Arnoud Holleman
Amsterdam, Wednesday July 26, 2017
Niet-weten als norm
Als Zijlstra praat, dan hoor je de positieve, neoliberale peptalk van Rutte, maar ook de anti-elitaire en antiglobalistische onderbuikpraat van Wilders. Het roer moet niet alleen om, maar de bestaande structuur moet – als doel op zich – schade worden toegebracht. Met andere woorden, schepping en destructie gaan hand in hand – en uit de mond van Zijlstra klinkt dat allemaal verbluffend unisono.
De Burgers van Seoul
Een betere verbeelding van hoe kunst aan macht en geld gelieerd is – en gecorrumpeerd kan raken – heb ik niet eerder zo gezien. Met de glaswand die me van hen scheidt hebben de Burgers van Calais een nieuwe huid gekregen. Het heeft weinig meer te maken met de gevoelige expressie in de beeldtaal van Rodin, of met de innovatieve kracht waarmee hij de beeldhouwkunst in de moderniteit heeft binnengehaald.
Recto / Verso
Interview covergirl Lauren Hutton was photographed by Francesco Scavullo in 1973. She's wearing Galanos - from his exciting fall 1973 collection. Accessorized by Galanos, makeup by Way Bandy, hair by Rick Gilette. The photo was re-photographed by Anuschka Blommers and Niels Schumm in 2003, with model Uta Eichhorn posing as Re-Magazine covergirl Claudia. She's wearing a black dress by Hermès. Styling by Katja Rahlwes, makeup by Renata Mandic.
www.nieuwkomer.nl">www.nieuwkomer.nl
For months after I first stood on that little bridge, I continued to circle around the windmills. Not only with my camera, but also with a microphone. When you look closer, the polder turns out to be an arena of conflicting interests. The cluttering of the landscape stands in opposition to climatological necessity; economic and ecological interests are locking horns for dominance; innovation oriented towards the future has to compete with the appreciation for history.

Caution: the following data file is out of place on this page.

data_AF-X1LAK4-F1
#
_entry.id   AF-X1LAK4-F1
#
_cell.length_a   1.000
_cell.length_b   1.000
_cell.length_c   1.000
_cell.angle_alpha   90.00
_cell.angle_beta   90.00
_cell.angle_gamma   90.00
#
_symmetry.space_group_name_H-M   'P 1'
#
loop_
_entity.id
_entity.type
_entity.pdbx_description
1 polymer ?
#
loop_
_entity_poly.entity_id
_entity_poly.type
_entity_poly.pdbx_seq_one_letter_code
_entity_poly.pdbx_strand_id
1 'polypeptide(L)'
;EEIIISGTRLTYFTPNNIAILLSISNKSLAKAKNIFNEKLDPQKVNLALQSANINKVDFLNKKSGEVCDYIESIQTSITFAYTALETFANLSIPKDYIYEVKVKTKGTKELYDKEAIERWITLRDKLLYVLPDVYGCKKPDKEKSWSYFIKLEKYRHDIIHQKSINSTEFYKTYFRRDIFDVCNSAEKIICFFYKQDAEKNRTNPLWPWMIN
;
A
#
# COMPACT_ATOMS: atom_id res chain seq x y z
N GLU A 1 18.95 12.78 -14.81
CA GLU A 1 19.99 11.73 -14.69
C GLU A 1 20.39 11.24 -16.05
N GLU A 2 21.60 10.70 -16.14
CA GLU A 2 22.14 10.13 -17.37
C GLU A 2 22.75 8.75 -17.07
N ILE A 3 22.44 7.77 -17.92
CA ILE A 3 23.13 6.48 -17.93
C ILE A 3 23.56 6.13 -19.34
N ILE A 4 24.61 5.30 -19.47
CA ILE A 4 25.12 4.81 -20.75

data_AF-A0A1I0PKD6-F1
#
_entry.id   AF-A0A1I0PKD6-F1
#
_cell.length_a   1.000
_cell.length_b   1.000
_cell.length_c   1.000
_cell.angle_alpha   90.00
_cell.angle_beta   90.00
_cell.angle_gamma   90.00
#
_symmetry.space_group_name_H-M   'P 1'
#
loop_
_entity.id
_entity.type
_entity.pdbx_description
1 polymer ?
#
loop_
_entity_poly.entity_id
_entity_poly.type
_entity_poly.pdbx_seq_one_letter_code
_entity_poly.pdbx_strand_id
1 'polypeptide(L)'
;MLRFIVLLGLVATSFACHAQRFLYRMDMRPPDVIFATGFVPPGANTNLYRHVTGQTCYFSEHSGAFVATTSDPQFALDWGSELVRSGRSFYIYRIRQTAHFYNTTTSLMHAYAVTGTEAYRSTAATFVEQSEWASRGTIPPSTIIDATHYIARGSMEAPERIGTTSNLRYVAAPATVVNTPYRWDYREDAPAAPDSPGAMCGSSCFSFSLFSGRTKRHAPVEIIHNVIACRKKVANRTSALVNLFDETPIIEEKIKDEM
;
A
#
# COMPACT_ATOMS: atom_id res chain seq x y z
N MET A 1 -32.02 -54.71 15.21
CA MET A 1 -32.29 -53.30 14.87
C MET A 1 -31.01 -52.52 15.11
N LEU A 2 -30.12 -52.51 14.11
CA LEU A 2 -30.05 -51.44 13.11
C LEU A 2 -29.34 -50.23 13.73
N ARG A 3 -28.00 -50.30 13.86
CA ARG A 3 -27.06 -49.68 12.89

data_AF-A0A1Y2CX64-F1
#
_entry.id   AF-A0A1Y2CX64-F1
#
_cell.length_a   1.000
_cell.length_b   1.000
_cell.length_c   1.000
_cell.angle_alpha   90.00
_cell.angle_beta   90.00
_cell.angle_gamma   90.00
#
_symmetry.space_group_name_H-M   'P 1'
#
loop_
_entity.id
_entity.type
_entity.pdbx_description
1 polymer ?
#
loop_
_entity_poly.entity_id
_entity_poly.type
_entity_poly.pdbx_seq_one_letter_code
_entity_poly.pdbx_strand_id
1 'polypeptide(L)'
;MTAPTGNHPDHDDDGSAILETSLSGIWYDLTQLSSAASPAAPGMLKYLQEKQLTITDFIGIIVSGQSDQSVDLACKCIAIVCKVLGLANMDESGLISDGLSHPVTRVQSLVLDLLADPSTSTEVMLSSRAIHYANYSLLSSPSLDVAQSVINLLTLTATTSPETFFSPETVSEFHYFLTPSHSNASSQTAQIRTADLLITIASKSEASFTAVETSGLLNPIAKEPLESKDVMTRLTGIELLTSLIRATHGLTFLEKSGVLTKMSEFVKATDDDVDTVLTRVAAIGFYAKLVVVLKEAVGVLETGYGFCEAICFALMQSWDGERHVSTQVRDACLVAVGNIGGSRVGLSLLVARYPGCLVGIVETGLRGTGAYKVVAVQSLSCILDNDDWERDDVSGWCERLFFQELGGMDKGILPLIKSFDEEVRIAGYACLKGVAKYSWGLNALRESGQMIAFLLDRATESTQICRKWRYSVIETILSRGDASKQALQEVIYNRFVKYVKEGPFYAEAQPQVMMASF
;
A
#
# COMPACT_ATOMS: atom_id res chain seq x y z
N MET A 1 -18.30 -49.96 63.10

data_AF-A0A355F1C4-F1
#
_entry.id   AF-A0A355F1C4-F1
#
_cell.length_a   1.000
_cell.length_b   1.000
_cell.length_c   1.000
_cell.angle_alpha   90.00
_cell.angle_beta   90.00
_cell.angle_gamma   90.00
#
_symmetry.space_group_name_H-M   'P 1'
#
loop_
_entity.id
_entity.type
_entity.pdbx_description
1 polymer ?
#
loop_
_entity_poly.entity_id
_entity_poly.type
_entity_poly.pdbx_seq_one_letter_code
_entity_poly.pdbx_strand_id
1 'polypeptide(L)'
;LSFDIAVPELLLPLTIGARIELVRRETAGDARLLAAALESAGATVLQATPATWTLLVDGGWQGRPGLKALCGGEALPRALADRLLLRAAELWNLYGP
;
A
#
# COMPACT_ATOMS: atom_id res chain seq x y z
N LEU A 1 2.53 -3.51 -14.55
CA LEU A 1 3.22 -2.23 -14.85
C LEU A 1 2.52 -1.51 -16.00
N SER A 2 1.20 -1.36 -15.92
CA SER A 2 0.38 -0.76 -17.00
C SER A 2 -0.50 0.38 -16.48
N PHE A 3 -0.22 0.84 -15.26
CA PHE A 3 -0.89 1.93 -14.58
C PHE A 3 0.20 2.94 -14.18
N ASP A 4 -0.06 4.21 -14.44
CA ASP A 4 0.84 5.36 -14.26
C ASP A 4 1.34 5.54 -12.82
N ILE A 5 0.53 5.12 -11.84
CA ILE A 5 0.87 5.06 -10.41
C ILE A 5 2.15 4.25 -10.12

Me and Paolo
Masked newspaper spread. Photo shows Italian soccer player Paolo de Canio, saluting his fans in nazi-style while celebrating the victory for SS Lazio over AS Roma in january 2005. Text at bottom centre: I just wanted to celebrate with my fans. A photographer using a camera that takes 500 frames a minute just caught this moment in the celebration and made it look as if I held my right hand in that position.
Re-Magazine
Re-Magazine's great virtue is its willingness to expose sentiments that seldom find public expression, most often relating to the apparently trivial experiences and memories that make up the larger part of existence. Alongside this editorial idiosyncrasy, it is beautifully designed and photographed, each issue adopting a form to suit its subject - Emily King, Frieze, October 2003.
Miscellaneous
This is a selection of older works, dating roughly from 1990 until now. It's a reservoir of lose ends. Part of my practice is to go back in time, and re-evaluate previous motives and actions. Therefore, a lot of my works have an unfinished, ambiguous nature. Either they have lost their momentum after they were exhibited, or were never shown outside of my studio, or are just waiting for completion in another context.
More of the same
Photo column in Amsterdam Weekly, focusing on similarities in the city environment. Based on the '700 centenboek' from 1975, in which Jos Houweling photographed objects throughout the city of Amsterdam in the same manner. The photo column appeared biweekly and was combined with the work of Hans Eijkelboom, whose series focus on similar human behavior or similar dress codes.
Auntie Truus and Auntie Mok
With utmost concentration I tried to capture the atmosphere in the photos as closely as possible, but again and again I would screw up somewhere halfway. Either the balance in shading wasn’t right, or I couldn’t get the expressions right on their faces. When I finally managed to give Auntie Truus the right expression, I reached the point where I had a physical sensation of being on that lawn on Texel again on that day in 1969, asking Auntie Truus and Auntie Mok to pose for me. At that very moment, reality as such was redefined as an object for exhibition.
Herman Heijermans
I’ve always thought of photography as something very magical and it is my belief that this is based on a genuine experience: in my early childhood there must have been no sharp distinction between a real thing and its image. In the same way that kids see themselves as inseparable from their mother until the age of three, I thought that object and image were simply two different manifestations of the same energy.